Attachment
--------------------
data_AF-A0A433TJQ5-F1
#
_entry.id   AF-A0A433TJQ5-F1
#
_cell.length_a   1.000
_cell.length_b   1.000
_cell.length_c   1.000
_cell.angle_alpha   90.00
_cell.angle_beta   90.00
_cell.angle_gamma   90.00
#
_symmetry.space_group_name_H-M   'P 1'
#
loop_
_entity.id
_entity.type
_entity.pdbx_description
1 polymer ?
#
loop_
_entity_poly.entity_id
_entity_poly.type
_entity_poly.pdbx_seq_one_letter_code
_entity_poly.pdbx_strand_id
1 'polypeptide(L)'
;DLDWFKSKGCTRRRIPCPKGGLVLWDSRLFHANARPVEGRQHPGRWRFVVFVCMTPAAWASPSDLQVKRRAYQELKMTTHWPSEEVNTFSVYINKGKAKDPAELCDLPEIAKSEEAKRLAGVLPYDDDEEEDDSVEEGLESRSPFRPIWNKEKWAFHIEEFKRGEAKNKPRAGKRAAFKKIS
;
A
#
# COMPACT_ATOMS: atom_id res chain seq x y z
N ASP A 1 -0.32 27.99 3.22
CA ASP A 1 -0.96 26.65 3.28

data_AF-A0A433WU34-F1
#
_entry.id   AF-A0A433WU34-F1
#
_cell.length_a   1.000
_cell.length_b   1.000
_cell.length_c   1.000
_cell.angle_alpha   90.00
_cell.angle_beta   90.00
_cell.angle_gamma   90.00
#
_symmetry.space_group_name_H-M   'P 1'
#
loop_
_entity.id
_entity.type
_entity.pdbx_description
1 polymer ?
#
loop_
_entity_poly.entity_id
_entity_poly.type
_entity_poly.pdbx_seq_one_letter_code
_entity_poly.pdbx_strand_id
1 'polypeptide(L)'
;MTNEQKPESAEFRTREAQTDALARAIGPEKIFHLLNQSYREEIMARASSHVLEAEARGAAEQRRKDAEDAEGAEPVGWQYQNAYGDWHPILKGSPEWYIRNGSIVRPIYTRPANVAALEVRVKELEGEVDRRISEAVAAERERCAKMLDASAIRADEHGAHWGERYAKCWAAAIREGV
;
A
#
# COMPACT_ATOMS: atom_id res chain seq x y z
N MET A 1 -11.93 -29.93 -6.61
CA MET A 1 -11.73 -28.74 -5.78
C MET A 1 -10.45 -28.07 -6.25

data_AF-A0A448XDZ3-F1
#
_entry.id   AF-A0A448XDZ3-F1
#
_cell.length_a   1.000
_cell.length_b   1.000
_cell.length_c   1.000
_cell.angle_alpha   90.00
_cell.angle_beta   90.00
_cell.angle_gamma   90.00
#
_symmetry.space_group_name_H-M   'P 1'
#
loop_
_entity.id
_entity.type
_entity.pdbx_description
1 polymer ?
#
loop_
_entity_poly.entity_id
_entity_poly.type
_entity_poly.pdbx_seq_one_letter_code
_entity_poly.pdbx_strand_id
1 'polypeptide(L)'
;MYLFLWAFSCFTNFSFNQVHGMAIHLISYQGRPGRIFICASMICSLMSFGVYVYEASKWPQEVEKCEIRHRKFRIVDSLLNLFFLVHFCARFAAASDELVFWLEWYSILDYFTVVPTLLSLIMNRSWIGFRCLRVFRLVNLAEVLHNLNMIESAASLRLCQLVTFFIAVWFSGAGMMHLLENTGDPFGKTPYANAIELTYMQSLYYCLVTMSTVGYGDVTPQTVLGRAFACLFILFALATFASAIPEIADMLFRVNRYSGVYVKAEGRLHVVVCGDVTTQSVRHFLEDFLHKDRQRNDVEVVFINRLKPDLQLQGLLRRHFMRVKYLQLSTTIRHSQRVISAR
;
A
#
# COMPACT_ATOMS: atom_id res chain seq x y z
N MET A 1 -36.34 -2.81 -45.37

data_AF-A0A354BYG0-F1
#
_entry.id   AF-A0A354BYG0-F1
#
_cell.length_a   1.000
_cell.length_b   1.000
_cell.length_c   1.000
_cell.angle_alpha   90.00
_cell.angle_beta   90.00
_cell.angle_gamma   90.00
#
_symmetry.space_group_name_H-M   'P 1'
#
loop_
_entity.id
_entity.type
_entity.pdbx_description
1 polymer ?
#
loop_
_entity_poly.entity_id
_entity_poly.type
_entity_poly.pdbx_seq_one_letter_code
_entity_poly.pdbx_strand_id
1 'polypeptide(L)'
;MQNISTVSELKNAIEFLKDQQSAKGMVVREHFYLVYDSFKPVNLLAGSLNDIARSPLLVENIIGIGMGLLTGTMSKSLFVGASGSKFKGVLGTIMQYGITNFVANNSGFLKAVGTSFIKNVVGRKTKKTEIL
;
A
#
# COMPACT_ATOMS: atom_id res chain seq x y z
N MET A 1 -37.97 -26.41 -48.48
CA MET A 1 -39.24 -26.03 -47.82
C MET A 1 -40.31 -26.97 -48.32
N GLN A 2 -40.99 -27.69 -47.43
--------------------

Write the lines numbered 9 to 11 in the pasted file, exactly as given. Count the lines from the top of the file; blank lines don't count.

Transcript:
_cell.angle_beta   90.00
_cell.angle_gamma   90.00
#